I watched two classic Buster Keaton silent films last night at the historic Bal Theatre in San Leandro. It was an excellent time. The films were accompanied by a pianist (whose name escapes me).  Interesting to consider how much more work was available to musicians prior to the onset of "talkies" (i.e. films with sound). In this instance the pianist had some themes that he must have planned ahead of time to perform with each film, but much of his playing sounded improvised. During the first film " The General ", he favored ragtime piano styles. Strains of Scott Joplin's "Maple Leaf Rag" littered his playing. But not in an obscene, annoying way. He also adapted a well-known Thelonius Monk tune "Blue Monk" into a slow boogie-woogie style. This piece complemented some of the "runaway train" scenes especially well. The pacing of the  music accompanying the film was impressive. Essentially, the pianist was required to play non-stop f

Chopin's Small Miracles

From an article written by David Dubal, published in the Wall Street Journal, 9/3/10: Frédéric Chopin (1810-1849), whose 200th anniversary it is this year, is the overwhelming favorite composer for the piano. He possessed the most subtle intuitions and fathomed the mysteries of the world. Oscar Wilde once said of him, "After playing Chopin, I feel as if I had been weeping over sins that I had never committed and mourning over tragedies that were not my own." Most of the 24 Chopin Preludes were sketched out between 1837 and 1838. They are the ultimate miniatures. In an age when the symphony and sonata still held sway, writing these aphoristic Preludes was revolutionary. All except two contain a single musical idea, each boiled down to its essence. Never had brevity been so brief. Ten are under a minute in length; nine last just over a minute. Only the celebrated No. 15, the so-called "Raindrop Prelude," attains the length characteristic of a small piece, clocking in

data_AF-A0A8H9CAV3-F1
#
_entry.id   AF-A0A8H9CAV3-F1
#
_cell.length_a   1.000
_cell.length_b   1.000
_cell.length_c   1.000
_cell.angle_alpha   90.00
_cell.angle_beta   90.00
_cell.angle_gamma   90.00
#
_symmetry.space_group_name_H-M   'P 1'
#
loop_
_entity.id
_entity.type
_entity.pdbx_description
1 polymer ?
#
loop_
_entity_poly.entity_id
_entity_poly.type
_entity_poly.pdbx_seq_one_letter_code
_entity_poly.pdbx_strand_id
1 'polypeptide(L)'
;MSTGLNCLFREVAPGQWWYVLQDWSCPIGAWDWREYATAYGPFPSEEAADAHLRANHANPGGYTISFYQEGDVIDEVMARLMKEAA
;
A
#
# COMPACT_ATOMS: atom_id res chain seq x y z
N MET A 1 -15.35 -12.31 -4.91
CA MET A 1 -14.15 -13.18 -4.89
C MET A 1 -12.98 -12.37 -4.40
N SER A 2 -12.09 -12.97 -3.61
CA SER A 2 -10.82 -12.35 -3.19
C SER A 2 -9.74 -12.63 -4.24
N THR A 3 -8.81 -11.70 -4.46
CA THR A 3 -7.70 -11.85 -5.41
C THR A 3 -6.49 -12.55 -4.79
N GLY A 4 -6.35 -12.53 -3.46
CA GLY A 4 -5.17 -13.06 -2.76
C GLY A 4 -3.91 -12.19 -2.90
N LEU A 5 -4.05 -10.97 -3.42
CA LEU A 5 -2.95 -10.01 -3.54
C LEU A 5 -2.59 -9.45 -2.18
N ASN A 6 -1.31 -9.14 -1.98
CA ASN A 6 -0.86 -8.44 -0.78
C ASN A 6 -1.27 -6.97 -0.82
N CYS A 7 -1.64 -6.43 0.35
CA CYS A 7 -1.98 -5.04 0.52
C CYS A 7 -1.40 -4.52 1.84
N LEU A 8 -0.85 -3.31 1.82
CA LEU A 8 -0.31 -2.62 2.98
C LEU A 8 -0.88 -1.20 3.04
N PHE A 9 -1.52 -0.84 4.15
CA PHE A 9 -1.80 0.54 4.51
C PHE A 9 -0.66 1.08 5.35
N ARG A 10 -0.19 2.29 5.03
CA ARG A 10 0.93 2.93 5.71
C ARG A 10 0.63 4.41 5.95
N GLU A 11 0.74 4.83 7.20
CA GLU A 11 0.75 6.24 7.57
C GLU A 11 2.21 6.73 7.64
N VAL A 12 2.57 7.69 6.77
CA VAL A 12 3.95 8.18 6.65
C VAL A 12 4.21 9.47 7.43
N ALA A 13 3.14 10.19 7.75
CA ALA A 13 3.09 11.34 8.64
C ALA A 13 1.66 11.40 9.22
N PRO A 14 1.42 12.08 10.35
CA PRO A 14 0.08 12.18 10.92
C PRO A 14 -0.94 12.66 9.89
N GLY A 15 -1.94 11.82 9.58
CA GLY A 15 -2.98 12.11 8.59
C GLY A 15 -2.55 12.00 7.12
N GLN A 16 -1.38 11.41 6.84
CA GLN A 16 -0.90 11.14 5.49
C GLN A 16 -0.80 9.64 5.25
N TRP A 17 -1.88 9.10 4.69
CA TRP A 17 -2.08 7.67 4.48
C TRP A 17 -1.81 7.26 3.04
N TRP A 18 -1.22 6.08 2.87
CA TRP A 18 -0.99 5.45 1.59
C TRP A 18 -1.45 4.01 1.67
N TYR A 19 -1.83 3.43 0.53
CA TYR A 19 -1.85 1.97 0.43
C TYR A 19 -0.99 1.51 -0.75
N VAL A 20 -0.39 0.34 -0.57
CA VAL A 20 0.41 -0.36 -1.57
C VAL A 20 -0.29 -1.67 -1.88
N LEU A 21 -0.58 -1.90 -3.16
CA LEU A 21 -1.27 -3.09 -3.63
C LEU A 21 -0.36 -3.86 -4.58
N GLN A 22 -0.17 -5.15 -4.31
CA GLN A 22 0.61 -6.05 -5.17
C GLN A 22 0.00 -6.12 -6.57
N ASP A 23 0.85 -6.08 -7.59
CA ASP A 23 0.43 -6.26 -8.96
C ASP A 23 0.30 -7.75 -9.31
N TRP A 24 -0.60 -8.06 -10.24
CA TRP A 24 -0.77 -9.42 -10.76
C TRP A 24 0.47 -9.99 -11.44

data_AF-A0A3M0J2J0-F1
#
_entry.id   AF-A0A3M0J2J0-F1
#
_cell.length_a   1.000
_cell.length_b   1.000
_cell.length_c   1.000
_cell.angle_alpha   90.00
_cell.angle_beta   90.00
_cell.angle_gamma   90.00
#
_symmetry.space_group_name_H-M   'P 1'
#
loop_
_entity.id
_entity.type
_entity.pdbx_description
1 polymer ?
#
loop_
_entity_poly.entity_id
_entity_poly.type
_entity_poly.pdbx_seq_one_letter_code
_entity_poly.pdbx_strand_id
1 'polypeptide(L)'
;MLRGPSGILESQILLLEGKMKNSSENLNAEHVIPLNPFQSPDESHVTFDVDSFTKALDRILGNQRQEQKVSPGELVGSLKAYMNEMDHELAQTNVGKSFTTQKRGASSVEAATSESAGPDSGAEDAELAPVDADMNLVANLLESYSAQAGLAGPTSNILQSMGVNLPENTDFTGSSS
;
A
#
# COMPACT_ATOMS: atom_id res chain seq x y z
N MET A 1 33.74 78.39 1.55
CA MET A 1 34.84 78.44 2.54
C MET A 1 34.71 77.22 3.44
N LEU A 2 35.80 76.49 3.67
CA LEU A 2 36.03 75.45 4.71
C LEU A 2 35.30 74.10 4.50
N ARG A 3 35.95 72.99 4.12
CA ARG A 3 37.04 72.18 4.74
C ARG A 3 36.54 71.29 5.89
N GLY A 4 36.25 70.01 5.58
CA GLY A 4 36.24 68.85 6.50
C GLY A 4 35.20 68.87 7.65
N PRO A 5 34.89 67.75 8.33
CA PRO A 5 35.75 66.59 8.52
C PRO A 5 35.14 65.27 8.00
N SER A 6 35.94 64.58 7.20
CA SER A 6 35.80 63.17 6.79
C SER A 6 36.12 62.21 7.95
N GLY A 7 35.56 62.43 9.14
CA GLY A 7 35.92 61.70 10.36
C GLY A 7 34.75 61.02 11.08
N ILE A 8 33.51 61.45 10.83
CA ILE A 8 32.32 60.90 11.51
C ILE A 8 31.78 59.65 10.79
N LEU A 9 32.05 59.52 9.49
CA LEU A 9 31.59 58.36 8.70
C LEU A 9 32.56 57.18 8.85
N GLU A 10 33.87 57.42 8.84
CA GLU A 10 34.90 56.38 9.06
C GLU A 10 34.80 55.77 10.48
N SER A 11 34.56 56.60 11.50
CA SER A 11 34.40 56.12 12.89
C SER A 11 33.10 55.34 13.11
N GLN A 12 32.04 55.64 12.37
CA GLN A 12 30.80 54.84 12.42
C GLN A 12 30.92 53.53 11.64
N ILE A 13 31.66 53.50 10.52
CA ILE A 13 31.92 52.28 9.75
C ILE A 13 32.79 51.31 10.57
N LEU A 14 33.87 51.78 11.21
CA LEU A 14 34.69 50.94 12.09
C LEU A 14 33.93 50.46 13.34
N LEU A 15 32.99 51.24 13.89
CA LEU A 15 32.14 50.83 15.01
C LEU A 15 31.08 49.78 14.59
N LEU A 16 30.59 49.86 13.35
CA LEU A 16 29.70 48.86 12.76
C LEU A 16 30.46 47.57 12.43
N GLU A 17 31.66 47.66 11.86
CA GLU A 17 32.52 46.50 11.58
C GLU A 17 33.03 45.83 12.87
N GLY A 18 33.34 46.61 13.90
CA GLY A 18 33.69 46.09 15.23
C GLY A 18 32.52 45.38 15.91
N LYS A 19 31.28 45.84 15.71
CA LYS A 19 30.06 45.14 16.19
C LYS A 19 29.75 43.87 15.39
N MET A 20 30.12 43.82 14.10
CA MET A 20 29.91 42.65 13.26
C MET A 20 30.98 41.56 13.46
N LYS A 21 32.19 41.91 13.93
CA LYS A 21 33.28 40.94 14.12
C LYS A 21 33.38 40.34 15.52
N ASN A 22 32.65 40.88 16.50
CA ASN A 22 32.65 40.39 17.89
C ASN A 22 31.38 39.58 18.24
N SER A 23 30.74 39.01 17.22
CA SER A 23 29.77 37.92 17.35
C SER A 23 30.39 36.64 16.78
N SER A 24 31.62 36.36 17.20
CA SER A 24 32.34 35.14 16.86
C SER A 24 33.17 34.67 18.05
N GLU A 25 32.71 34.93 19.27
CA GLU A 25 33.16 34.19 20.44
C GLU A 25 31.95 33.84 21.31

The piano pedals

One of the questions I am asked most frequently by students is: "What does each pedal do?". I try my best to explain the functions in person, but to complement my explanations here is a post detailing the piano pedals, their use, and application. Most students have upright pianos at their disposal at home. Upright pianos rarely have an effectual " soft pedal ". A teacher will explain to a student to a student, "The pedal on the far left is the soft pedal. Hold it down with your left and then when you play you should hear a muted sound with a different character." The student goes home, tries it, but alas the soft pedal produces no audible change. But the teacher has not lied. It's just that most upright piano soft pedals have no effect. They are just window dressing, garnish for the look of the instrument. Also, upright pianos rarely have a functional " sostenuto pedal ". Instruction regarding this pedal is also difficult for teachers, as of

November 2010 Teaching Schedule

-- My teaching schedule for the month of November will be uninterrupted save for the Thanksgiving holiday in the last week of the month. I will not see Thursday students that week. -- Our Winter Recital  will be held in the CSUEB Recital Hall on Sunday, December 12 between noon and 4pm. More details are forthcoming. -- The  Certificate of Merit  2010-2011 cycle is in full swing. I will be collecting CM fees with payment for November lessons. This month I will finalize repertoire selections with each participating student and make sure that everyone has all the handouts they need to tackle the material appropriate their level. -- The monthly  Ear Power  program will be on hiatus until Spring 2011. Students: start dreaming up which favorite songs you'd like to nominate for selection when we resume in March! Have a happy month, Jesse